The lawyer for the operator of a New Westminster medical marijuana dispensary says police wasted time and money targeting his client with a year-long undercover operation.
New Westminster police have recommended charges against three people after raiding the N.I.C.E dispensary in May.
A search warrant obtained by CBC News details a year-long investigation into the venture, which was run by Justin Cleveland, head of the West Coast Green Light Society advocacy organization.
'If there are allegations of illegal behaviour, then they will be investigated.' —New Westminster police Staff Sgt. Paul Hyland
Cleveland's lawyer, Kirk Tousaw, says his client was completely transparent as to his intentions, informing the city with a detailed proposal for a two-year trial period.
"I think that most Canadians would agree that using scarce police resources to investigate and ultimately arrest people that are trying to help others with medical conditions access medical cannabis isn't the most effective use of these resources," Tousaw says.
"If I was a taxpayer in New Westminster — and it is a municipal police force — I'd be wondering what the priorities of New Westminster Police Department are."
Pot dispensaries still illegal
Although Health Canada licenses individuals to possess marijuana for personal medical use, dispensaries are technically illegal. But some municipal police forces — like Vancouver's — have turned a blind eye to the practice.
New regulations introduced last month still make no provision for marijuana dispensaries, instead allowing patients to purchase medical marijuana from licensed growers by mail order.
Cleveland opened the dispensary in 2012, making presentations to residents associations and informing the city of his plans.
"There appeared to be a great deal of community support for their activity," says Tousaw. "It was quite a surprise to Mr. Cleveland when
'This huge amount of police resources and court resources in this case is going to result in nothing in the end. Just a bunch of wasted time on everyone's part.'—Marijuana advocate Dana Larsen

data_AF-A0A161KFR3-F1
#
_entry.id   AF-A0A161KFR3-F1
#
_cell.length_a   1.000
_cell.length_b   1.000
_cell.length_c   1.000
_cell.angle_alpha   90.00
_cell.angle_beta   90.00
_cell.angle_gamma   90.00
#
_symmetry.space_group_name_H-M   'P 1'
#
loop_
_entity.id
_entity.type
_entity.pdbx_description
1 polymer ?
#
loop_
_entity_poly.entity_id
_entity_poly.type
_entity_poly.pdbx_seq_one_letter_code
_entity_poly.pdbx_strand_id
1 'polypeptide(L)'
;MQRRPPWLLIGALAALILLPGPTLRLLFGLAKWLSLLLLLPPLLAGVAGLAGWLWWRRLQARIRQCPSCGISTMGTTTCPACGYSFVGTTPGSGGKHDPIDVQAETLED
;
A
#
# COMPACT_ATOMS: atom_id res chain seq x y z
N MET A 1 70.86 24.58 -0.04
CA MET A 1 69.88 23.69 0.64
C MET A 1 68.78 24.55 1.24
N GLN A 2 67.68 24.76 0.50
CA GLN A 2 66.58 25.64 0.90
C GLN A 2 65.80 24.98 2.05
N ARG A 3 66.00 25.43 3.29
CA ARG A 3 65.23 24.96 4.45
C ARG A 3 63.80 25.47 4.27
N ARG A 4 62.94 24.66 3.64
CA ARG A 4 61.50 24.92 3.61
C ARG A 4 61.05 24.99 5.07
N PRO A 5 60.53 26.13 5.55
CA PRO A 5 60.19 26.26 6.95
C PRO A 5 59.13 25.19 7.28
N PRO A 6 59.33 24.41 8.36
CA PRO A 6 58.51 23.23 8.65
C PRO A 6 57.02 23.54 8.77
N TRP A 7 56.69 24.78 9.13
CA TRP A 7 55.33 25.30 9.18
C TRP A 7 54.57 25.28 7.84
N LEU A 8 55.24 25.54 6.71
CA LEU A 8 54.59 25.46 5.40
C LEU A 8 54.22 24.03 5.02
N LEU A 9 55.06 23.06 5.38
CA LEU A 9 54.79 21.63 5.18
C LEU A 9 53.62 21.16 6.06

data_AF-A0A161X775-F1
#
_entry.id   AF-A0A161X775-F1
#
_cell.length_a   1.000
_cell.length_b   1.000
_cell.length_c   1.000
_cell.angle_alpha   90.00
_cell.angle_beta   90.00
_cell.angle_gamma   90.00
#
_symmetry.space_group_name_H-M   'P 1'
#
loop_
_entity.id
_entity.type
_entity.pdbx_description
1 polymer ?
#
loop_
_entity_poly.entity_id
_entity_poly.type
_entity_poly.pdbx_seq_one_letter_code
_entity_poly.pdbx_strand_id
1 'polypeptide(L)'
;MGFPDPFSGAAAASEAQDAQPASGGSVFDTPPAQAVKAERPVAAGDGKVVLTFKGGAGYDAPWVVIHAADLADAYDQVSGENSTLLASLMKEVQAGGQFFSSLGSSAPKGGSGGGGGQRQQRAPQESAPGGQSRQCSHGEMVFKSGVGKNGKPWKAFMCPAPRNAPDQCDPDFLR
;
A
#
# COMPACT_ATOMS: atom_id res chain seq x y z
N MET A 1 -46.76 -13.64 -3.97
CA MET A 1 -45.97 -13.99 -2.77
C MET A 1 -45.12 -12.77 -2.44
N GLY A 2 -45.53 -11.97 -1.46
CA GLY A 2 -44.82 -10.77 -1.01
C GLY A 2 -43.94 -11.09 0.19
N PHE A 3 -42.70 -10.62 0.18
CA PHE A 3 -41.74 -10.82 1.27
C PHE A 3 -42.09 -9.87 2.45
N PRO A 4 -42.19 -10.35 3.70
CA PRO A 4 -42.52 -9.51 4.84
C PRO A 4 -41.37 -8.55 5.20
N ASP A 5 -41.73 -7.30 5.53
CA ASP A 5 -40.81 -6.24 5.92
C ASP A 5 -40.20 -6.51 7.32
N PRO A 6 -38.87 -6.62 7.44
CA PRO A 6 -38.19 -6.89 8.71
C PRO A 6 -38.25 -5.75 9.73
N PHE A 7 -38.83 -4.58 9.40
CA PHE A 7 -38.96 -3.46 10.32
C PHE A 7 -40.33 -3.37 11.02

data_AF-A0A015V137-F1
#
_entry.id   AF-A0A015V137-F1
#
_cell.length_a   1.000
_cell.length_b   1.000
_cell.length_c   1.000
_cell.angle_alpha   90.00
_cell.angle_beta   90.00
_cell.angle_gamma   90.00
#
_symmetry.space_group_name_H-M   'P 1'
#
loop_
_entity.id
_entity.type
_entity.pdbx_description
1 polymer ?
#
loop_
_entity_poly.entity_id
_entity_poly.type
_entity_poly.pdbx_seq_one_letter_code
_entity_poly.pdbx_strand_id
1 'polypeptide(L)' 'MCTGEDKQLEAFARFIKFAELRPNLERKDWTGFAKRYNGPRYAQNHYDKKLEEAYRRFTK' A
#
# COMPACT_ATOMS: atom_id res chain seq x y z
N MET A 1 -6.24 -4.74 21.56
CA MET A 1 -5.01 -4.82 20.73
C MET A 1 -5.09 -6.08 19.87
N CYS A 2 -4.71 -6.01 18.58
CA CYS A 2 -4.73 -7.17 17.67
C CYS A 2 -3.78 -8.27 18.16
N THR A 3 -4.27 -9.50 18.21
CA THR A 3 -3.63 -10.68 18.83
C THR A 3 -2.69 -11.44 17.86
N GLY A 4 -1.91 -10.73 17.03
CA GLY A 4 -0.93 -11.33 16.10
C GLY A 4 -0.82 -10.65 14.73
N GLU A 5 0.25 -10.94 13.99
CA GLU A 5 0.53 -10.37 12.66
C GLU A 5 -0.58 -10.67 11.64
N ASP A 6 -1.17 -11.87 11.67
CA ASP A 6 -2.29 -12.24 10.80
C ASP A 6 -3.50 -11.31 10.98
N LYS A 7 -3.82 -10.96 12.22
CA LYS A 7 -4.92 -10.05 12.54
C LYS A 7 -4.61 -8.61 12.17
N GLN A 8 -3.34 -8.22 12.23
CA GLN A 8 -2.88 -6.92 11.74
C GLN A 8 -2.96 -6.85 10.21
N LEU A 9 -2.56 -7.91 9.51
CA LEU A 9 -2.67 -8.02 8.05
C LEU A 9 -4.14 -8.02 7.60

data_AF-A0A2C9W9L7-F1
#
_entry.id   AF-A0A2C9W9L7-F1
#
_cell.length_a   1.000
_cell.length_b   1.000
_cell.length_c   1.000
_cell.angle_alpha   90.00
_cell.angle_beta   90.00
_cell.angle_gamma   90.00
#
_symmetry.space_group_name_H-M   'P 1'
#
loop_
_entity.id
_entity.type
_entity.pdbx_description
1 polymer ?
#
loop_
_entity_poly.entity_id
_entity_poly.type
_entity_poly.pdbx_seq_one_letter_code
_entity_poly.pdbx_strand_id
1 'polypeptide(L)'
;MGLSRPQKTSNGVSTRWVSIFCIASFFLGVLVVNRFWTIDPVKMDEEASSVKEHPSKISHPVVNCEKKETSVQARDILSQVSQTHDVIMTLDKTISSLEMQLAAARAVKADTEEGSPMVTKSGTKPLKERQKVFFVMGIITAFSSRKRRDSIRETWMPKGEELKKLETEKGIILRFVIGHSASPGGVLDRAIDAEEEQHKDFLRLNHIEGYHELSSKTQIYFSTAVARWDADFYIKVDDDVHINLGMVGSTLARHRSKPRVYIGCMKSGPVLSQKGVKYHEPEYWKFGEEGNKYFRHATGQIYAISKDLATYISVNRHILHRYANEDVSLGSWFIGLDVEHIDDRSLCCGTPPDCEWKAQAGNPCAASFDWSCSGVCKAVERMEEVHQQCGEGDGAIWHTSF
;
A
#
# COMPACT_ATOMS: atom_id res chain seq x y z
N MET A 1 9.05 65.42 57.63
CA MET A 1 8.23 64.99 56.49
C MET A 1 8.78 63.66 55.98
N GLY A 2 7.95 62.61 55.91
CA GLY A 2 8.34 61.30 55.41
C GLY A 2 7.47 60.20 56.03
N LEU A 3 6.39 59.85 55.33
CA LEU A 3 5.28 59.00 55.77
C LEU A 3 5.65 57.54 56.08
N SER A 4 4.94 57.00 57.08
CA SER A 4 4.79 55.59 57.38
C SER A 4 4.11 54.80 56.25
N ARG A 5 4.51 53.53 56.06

the police took it upon themselves to intervene in the situation."
According to the search warrant, police received a Crime Stoppers tip about the dispensary in May 2012.They spent the next year investigating, running three different undercover scenarios.
On one occasion, a male and female officer posed as "a Hispanic couple with little English skills."
"[We] slowly and sheepishly approached the counter to ask several questions," the detective writes. "I explained that my wife 'Maria' ... was suffering from bursitis, which I understood was an inflammation of the hip."
"When I asked how we could get marijuana for Maria to use, Cleveland explained that all they [the operators of the dispensary] needed was for 'Maria' to provide a doctor's note confirming that she suffered from an illness and would benefit from the use of marijuana.
"I asked ... if it was possible to purchase marijuana without a doctor's note of some kind. [They] declined my request advising that, while they sympathized with us, selling marijuana without a doctor's note was against their company policy."
On a different occasion, the warrant states that another undercover officer was also rejected after showing an expired Health Canada license to possess marijuana.
"Cleveland explained that [the detective] would have to renew his license to possess before becoming a member. Cleveland then printed off renewal forms."
It was only after presenting what appeared to be a valid Health Canada marijuana license and her driver's license that a third undercover operator was allegedly able to apply for membership in the dispensary and purchase four grams of marijuana for $40.
Police defend actions
Staff Sgt. Paul Hyland says police were simply doing their job.
"Certainly the way those laws and the way Health Canada deals with those is under the purveyance of the federal government. But if there are allegations of illegal behaviour, then they will be investigated."
Marijuana advocate Dana Larsen disagrees.
"I think that the New Westminster police made the wrong decision to go in there and raid this place," he says.
"They certainly had the option to deal with it differently because many other municipalities and police forces around B.C. have allowed dispensaries to operate and have made them a very low priority for their policing."
Larsen says legal precedence involving marijuana dispensary cases has resulted in conditional discharges for other accused.
"This huge amount of police resources and court resources in this case is going to result in nothing in the end. Just a bunch of wasted time on everyone's part."
Hyland says charges have been forwarded to federal Crown counsel against three people. The charges include possession of a controlled substance for the purpose of trafficking as well as trafficking in a controlled substance.
Tousaw says he hopes Crown won't pursue the matter any further.
"I certainly will be urging the Crown to decline to approve charges because I think most Canadians will agree that it's not in the public interest to prosecute people like Mr. Cleveland and the others involved in the N.I.C.E. dispensary for actions that I think most Canadians will view as compassionate, motivated properly and done respectfully and in a very transparent and open way in the community."